It’s ironic that, for a movement supposedly representing the collapsing of genre boundaries in alternative music, a lot of the output from nu-gen artists has been depressingly limited. Seldom has it encompassed more than flat fragments of pop, punk and electronic finish, all of which is tied together by a performative edginess that’s led to more homogeneity than the individuality supposedly extolled. In the case of Kid Bookie, you’d hope for a bit more from an artist with a larger body of work than many of his peers, but it’s unfortunately averaged out to little different. The rap-rock / nu-metal train he’s been on hasn’t necessarily produced more fruitful or engaging output overall; even a surprising kinship with Corey Taylor, while aiding his profile significantly, hasn’t been that much of a creative boon.
That said, there’s a certain amount of Mass Hysteria to grapple with, not least because it simultaneously reinforces Kid Bookie’s standing among nu-gen artists as a slightly different flavour, while also showcasing how he’s beholden to a different but equally present set of limitations. He’s a more focused artist, but that can narrow the path and make it easier to stumble. That’s where Mass Hysteria ultimately lands, but also in a position where there’s definitely quality and something mildly interesting to be found, especially among a scene where that can frequently be scant.
A lot of the praise does tend to go more towards Kid Bookie himself, as a competent rapper with fast, assertive flows that at least tessellate with the hard-edged image artists like this want to conjure. Significantly less of it feels like hollow bluster, which is definitely a good thing when it comes to presenting a persona that feels genuine like this is. Granted, a line like “Why don’t Kerrang! and that show me love enough / When I do everything a label fucking does?” on the title track reads more in the line of pettiness confused for confrontation, though it’s not as if that was uncommon for nu-metal back in the day either. That seems to be the energy that Kid Bookie is channelling most of all, filled with swagger and bluster that he can sell pretty effectively, even if there’s not much depth to it.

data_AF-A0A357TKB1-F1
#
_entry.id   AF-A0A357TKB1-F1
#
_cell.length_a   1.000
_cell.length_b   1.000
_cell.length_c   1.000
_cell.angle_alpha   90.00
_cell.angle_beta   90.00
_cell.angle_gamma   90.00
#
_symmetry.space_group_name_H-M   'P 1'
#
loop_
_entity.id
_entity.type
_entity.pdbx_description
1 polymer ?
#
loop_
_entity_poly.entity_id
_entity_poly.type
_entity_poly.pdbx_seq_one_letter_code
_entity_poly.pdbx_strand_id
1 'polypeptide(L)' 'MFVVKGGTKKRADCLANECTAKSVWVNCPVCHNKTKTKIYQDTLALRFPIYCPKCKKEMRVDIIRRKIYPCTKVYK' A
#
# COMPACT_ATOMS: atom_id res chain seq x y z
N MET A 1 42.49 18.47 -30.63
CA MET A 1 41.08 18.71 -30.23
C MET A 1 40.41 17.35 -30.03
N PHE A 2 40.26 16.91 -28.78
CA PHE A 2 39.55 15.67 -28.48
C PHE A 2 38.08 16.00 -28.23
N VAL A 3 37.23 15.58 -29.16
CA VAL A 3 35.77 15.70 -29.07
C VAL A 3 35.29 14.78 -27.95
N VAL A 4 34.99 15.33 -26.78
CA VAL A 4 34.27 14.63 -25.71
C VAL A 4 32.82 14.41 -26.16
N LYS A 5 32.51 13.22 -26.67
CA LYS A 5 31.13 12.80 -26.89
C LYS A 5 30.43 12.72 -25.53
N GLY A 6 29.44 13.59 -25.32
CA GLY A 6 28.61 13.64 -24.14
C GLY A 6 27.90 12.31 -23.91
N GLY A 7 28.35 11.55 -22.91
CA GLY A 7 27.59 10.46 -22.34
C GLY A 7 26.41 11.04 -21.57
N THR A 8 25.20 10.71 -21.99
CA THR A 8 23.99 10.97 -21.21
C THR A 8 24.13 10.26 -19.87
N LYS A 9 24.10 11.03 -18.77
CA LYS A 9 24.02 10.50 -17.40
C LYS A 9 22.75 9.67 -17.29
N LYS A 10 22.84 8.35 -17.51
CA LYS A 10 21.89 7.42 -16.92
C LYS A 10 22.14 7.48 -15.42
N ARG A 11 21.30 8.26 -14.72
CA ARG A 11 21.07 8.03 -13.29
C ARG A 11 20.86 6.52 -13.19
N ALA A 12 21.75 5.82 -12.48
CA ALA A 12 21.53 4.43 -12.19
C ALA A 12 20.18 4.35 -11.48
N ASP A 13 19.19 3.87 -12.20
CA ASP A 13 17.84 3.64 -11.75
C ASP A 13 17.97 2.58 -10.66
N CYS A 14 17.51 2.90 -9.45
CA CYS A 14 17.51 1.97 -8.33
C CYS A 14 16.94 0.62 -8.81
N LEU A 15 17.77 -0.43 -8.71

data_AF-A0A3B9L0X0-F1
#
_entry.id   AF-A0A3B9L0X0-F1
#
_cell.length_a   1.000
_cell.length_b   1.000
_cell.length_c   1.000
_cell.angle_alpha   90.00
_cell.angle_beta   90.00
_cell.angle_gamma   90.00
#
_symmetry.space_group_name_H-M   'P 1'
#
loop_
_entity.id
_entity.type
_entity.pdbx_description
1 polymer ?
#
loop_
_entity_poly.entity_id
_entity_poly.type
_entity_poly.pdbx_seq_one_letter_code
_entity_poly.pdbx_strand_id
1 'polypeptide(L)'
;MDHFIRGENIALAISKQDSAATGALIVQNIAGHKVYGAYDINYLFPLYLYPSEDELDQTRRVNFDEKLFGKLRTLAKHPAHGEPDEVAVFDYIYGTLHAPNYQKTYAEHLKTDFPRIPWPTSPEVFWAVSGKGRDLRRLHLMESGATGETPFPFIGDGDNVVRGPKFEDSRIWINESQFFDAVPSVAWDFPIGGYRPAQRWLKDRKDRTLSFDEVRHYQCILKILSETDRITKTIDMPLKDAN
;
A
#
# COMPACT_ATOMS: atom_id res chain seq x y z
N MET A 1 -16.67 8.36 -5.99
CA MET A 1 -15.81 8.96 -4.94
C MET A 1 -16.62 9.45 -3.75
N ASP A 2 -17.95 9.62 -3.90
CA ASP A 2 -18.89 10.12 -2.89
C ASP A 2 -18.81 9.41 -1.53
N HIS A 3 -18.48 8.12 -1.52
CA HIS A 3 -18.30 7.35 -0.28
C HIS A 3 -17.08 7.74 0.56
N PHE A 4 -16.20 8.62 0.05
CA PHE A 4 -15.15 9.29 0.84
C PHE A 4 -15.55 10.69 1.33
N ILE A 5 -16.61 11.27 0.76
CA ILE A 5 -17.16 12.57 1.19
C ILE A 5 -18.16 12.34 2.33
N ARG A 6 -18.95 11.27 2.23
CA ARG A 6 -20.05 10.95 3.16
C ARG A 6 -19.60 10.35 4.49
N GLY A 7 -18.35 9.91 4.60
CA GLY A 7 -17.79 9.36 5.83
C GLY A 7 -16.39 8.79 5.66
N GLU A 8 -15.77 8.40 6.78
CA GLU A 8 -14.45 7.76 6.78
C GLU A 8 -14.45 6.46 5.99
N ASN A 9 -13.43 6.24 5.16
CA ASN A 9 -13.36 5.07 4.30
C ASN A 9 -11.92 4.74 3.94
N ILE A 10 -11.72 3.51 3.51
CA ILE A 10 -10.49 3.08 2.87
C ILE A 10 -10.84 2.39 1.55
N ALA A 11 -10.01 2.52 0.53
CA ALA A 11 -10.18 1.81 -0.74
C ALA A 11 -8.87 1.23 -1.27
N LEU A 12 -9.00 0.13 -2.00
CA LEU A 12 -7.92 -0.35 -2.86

There doesn’t really need to be, not with music as reliant on doling out aggression and force as this, but on what’s already a pretty slimmed release, Mass Hysteria just doesn’t have much of a range to impress within. It’s appropriate that the track easily crafting the longest shelf life for itself is Say A Word, the closer that ventures into emo-rap murk before building into a much more stable alt-metal crescendo. It’s pretty much the only track on Mass Hysteria that feels as though it’s operating with multiple ideas; even with guest spots from Corey Taylor and Ziey Kizzy on Game and Let It Ring respectively, they tend to sink back within the rigid boundaries rather than act as new sources of flair.
At least within those boundaries, there’s a kernel of inspiration when it comes to accurately replicating the nu-metal style. Aside from Here We Go and how glazed over walls of nothingness the instrumental can feel, Mass Hysteria pulls off the brand of heaviness it’s courting with decent skill, i.e. pulling from the right sources and remaking them fairly well. The riffs are unmistakably Korn in nature with how emphasised the serrated edges are, and filled out with some denser bass and all-purpose hip-hop beats to keep on its contemporary wavelength. It’s never the most innovative sound in the world (or really, even all that open to it), but it’s hard to deny that it does work, particularly when the right amount of metal thunder and grim, industrial fire coalesce on All The Same or the title track.
When it works, it’s generally alright. Never transcendent or spellbinding—which, let’s be honest, is probably what was being aimed for—but it’s not bad. Perhaps that’s a fairly anticlimactic conclusion to draw from an artist currently among those being dubbed ‘alternative music’s most exciting new wave’, but to buy into that hype would probably be excessively disingenuous. No, Kid Bookie isn’t that exciting, but that’s not saying he doesn’t have the capacity to be. If anything, now is the best time to exercise that, while he does have that spotlight and freedom to blaze the trail for himself, and fully make the jump into something really cool. As it stands right now, he and the coterie of others in his boat are holding back too much to fill out the hype already awarded to them, and that’s what needs to be addressed the soonest.
For fans of: Korn, Cassyette, Bob Vylan
‘Mass Hysteria’ by Kid Bookie is released on 7th October on Marshall Records.
Words by Luke Nuttall